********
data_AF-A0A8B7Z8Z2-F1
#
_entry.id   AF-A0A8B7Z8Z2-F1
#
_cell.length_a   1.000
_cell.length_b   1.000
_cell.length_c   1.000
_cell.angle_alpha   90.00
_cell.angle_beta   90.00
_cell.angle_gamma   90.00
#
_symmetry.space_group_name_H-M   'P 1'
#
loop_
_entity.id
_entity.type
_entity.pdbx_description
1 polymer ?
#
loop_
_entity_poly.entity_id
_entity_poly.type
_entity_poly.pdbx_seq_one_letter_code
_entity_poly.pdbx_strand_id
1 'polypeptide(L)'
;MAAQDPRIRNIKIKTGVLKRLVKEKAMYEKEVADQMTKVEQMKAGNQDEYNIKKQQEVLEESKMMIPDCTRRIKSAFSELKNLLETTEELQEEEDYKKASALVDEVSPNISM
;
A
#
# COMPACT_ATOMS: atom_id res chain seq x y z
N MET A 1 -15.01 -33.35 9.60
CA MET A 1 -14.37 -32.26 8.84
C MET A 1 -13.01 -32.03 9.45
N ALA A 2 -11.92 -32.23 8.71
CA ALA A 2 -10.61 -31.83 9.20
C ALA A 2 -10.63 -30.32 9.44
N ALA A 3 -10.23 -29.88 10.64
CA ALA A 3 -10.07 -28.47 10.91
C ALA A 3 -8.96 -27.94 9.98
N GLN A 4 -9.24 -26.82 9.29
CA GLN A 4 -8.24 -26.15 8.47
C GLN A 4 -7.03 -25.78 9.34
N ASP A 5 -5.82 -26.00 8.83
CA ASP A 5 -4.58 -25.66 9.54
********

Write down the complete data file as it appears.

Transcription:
data_AF-A0A8B7Z8Z2-F1
#
_entry.id   AF-A0A8B7Z8Z2-F1
#
_cell.length_a   1.000
_cell.length_b   1.000
_cell.length_c   1.000
_cell.angle_alpha   90.00
_cell.angle_beta   90.00
_cell.angle_gamma   90.00
#
_symmetry.space_group_name_H-M   'P 1'
#
loop_
_entity.id
_entity.type
_entity.pdbx_description
1 polymer ?
#
loop_
_entity_poly.entity_id
_entity_poly.type
_entity_poly.pdbx_seq_one_letter_code
_entity_poly.pdbx_strand_id
1 'polypeptide(L)'
;MAAQDPRIRNIKIKTGVLKRLVKEKAMYEKEVADQMTKVEQMKAGNQDEYNIKKQQEVLEESKMMIPDCTRRIKSAFSELKNLLETTEELQEEEDYKKASALVDEVSPNISM
;
A
#
# COMPACT_ATOMS: atom_id res chain seq x y z
N MET A 1 -15.01 -33.35 9.60
CA MET A 1 -14.37 -32.26 8.84
C MET A 1 -13.01 -32.03 9.45
N ALA A 2 -11.92 -32.23 8.71
CA ALA A 2 -10.61 -31.83 9.20
C ALA A 2 -10.63 -30.32 9.44
N ALA A 3 -10.23 -29.88 10.64
CA ALA A 3 -10.07 -28.47 10.91
C ALA A 3 -8.96 -27.94 9.98
N GLN A 4 -9.24 -26.82 9.29
CA GLN A 4 -8.24 -26.15 8.47
C GLN A 4 -7.03 -25.78 9.34
N ASP A 5 -5.82 -26.00 8.83
CA ASP A 5 -4.58 -25.66 9.54